Every green member should vote for what you want. We have a great slate of candidates, and I recommend ranking every candidate to ensure your vote counts.
The Green Party leader will be chosen after the ballots are counted tonight (October 3rd, 2020).
All Leadership contestants will gather in Ottawa for the results, and members are invited to join in virtually through the live broadcast on
I can’t improve on what Paul Manly wrote:
“I made a pledge to remain neutral during this leadership contest and I am sticking to that commitment. There are some brilliant candidates in this contest to choose from. The membership is going to decide on our new leader and I will respect that choice. I pledge to work with whoever becomes the new leader.
Despite any differences we have, it is the things we agree on as Greens that bind us together. We are a party that puts people and the planet ahead of corporate profits. We believe in service above self. We know what we want for our children and grandchildren, and we want those things for all humankind.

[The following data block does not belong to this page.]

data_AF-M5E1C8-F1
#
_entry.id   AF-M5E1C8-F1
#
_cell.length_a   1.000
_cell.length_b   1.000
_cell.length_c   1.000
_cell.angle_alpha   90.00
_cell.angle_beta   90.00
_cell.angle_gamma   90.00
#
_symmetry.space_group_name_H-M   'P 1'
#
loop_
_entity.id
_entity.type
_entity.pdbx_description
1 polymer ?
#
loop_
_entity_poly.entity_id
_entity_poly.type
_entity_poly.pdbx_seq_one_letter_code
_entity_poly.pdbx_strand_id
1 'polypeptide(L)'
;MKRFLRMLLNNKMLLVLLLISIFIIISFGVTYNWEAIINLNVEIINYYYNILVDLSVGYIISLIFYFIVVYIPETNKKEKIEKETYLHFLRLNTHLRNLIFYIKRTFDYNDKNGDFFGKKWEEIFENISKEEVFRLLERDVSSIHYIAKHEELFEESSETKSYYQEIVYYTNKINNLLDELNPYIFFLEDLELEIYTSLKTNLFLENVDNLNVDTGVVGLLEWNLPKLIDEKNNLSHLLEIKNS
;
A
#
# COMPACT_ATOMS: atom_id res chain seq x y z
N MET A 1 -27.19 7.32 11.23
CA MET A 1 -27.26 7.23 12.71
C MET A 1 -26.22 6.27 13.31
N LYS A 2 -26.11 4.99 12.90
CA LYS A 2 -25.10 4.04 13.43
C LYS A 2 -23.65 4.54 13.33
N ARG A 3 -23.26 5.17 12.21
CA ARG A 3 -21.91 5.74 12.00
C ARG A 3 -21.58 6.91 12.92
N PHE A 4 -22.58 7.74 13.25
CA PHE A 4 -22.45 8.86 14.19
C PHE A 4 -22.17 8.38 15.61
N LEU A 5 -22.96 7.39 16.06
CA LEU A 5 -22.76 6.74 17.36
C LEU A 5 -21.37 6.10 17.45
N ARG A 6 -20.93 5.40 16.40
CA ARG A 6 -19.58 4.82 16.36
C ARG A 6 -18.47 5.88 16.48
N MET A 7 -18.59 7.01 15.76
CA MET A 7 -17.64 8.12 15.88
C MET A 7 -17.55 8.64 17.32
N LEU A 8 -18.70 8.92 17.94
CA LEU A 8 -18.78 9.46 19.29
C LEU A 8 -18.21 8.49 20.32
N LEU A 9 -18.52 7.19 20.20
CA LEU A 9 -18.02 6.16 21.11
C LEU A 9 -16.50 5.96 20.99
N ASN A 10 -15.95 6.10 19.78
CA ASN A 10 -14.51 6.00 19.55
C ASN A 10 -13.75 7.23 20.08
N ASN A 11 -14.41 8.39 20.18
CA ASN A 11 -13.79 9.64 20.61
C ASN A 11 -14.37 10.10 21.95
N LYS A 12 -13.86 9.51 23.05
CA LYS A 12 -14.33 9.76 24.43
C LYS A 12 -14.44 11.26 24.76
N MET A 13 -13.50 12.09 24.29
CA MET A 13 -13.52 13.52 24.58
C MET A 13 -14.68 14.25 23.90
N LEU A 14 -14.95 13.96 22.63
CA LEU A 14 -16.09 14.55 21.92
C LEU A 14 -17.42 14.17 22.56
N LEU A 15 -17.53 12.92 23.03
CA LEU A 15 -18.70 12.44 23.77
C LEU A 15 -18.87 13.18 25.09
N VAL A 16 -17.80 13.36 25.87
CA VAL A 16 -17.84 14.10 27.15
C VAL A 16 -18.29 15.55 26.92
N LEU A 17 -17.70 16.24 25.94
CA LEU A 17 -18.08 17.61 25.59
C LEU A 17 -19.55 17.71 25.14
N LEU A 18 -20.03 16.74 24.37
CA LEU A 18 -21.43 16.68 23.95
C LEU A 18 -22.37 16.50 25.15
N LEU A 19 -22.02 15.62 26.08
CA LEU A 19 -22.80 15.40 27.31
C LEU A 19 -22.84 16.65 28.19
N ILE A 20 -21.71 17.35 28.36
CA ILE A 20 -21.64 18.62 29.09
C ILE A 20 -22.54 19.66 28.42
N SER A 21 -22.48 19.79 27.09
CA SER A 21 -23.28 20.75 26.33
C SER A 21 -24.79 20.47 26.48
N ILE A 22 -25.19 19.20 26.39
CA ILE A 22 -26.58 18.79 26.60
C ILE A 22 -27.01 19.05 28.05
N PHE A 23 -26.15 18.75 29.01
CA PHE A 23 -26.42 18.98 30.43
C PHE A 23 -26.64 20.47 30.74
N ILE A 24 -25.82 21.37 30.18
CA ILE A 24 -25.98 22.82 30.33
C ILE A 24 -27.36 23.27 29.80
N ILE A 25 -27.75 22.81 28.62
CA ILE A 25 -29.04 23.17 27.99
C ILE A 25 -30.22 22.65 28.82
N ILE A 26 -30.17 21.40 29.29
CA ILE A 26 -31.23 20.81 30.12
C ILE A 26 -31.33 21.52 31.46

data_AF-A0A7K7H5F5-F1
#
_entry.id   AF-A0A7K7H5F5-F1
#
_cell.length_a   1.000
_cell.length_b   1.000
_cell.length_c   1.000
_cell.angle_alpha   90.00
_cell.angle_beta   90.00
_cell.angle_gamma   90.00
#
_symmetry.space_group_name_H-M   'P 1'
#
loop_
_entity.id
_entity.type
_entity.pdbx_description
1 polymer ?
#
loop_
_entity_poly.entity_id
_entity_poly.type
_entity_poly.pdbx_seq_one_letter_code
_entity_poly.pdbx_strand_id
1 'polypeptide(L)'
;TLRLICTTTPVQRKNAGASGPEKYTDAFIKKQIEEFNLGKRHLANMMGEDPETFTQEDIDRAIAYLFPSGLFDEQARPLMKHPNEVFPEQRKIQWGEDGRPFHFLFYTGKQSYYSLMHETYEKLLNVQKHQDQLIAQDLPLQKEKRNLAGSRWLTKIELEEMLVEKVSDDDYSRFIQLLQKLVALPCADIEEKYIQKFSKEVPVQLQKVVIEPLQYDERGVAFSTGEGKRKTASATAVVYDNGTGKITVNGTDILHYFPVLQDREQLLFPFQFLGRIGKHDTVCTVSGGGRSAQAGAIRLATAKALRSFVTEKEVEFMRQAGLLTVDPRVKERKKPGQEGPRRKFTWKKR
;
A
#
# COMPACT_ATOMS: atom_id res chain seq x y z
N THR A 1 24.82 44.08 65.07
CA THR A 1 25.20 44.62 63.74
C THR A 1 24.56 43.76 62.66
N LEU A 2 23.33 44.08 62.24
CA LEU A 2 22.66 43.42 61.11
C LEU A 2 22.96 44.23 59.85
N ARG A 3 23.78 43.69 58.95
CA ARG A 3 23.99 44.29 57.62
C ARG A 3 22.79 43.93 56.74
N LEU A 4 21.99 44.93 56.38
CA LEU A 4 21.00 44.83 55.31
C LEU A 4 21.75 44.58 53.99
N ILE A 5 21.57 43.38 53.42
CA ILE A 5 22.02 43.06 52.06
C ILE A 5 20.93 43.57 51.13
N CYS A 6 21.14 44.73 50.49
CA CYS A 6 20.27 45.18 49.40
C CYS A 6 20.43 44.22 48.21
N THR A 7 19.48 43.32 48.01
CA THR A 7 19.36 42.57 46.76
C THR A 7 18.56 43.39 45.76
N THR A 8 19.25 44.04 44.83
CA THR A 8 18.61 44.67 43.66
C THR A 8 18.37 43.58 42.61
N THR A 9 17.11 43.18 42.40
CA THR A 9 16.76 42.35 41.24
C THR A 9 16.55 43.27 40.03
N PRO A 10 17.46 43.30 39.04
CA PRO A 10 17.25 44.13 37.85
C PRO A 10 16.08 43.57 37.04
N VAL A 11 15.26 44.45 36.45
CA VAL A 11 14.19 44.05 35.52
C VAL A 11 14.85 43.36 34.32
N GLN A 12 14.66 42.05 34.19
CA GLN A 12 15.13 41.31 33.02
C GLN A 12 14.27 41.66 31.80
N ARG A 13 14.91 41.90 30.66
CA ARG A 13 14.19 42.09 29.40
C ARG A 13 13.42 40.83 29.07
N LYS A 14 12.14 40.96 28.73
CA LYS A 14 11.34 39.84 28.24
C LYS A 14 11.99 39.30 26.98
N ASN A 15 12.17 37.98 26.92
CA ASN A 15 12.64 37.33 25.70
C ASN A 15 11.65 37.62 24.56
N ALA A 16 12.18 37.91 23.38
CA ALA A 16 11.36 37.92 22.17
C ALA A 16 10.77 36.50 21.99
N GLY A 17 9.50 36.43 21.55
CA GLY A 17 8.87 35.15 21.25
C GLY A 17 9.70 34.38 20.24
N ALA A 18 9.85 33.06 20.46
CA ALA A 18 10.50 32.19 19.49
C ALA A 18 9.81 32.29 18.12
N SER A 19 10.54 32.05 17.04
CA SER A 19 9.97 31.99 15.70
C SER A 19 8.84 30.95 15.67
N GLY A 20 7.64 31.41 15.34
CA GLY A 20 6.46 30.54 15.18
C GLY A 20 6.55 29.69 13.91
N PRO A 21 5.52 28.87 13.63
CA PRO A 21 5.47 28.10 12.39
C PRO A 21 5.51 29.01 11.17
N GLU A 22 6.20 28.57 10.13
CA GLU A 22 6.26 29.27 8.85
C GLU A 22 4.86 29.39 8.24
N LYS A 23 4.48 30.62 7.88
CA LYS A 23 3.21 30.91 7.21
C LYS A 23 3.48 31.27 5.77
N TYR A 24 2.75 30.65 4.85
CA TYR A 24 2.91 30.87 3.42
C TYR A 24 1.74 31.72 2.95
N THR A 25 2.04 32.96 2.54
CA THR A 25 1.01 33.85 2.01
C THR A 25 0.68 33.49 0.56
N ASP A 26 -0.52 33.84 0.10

I am looking forward to working with the new leader of the Green Party of Canada. I’m grateful to the leadership candidates for stepping up and giving their all to this campaign.”
Don’t delay. VOTE.
Green Party of Canada members are currently voting for the next party leader. There are eight candidates, representing a wide spectrum of ideas, policies, and philosophies. Naturally, this has polarized the Green Party membership, who really like some candidates, and really dislike some others.
Because there are candidates with widely (wildly?) divergent views from some Green Party members, some of those members have decided to rank only their top choices, not wanting to give any weight to candidates they don’t like. That’s a mistake — a form of strategic voting, and it doesn’t work with ranked ballots.
If you mark only two or three candidates (or only one!) then your ballot may become exhausted after only two or three rounds of counting. Exhausted ballots are removed from counting and don’t have any further influence over the outcome of the election. It’s like First-Past-The-Post all over again, your vote is essentially wasted.
This leadership election is likely to be a very tight race, and it is likely that it will take seven rounds of counting to establish a winner. If your ballot is incomplete, you won’t be participating in those final rounds, and you’ll have no say in who becomes the next leader of the Green Party of Canada.